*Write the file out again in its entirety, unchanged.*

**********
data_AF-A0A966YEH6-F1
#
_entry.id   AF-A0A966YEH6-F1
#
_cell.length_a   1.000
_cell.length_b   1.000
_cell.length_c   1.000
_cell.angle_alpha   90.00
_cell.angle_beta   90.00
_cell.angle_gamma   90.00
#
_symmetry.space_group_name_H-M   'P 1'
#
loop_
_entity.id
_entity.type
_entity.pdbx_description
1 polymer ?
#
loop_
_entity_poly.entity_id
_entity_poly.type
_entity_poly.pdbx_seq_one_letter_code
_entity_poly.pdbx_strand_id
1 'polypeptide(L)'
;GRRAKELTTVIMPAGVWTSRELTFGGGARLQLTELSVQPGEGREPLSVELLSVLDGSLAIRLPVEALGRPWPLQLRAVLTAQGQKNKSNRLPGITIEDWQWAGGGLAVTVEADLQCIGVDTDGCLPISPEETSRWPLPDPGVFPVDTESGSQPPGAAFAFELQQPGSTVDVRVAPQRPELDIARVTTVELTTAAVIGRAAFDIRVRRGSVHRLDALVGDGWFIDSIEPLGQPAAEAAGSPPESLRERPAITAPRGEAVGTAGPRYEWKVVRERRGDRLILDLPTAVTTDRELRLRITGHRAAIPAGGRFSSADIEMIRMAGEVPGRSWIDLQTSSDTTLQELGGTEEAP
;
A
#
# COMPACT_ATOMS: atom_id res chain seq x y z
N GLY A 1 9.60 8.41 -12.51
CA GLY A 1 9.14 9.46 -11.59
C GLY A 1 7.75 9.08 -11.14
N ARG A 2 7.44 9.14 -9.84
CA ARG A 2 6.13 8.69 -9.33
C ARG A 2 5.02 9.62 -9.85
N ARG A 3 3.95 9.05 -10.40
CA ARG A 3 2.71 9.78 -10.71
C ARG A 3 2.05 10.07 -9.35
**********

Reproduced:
data_AF-A0A966YEH6-F1
#
_entry.id   AF-A0A966YEH6-F1
#
_cell.length_a   1.000
_cell.length_b   1.000
_cell.length_c   1.000
_cell.angle_alpha   90.00
_cell.angle_beta   90.00
_cell.angle_gamma   90.00
#
_symmetry.space_group_name_H-M   'P 1'
#
loop_
_entity.id
_entity.type
_entity.pdbx_description
1 polymer ?
#
loop_
_entity_poly.entity_id
_entity_poly.type
_entity_poly.pdbx_seq_one_letter_code
_entity_poly.pdbx_strand_id
1 'polypeptide(L)'
;GRRAKELTTVIMPAGVWTSRELTFGGGARLQLTELSVQPGEGREPLSVELLSVLDGSLAIRLPVEALGRPWPLQLRAVLTAQGQKNKSNRLPGITIEDWQWAGGGLAVTVEADLQCIGVDTDGCLPISPEETSRWPLPDPGVFPVDTESGSQPPGAAFAFELQQPGSTVDVRVAPQRPELDIARVTTVELTTAAVIGRAAFDIRVRRGSVHRLDALVGDGWFIDSIEPLGQPAAEAAGSPPESLRERPAITAPRGEAVGTAGPRYEWKVVRERRGDRLILDLPTAVTTDRELRLRITGHRAAIPAGGRFSSADIEMIRMAGEVPGRSWIDLQTSSDTTLQELGGTEEAP
;
A
#
# COMPACT_ATOMS: atom_id res chain seq x y z
N GLY A 1 9.60 8.41 -12.51
CA GLY A 1 9.14 9.46 -11.59
C GLY A 1 7.75 9.08 -11.14
N ARG A 2 7.44 9.14 -9.84
CA ARG A 2 6.13 8.69 -9.33
C ARG A 2 5.02 9.62 -9.85
N ARG A 3 3.95 9.05 -10.40
CA ARG A 3 2.71 9.78 -10.71
C ARG A 3 2.05 10.07 -9.35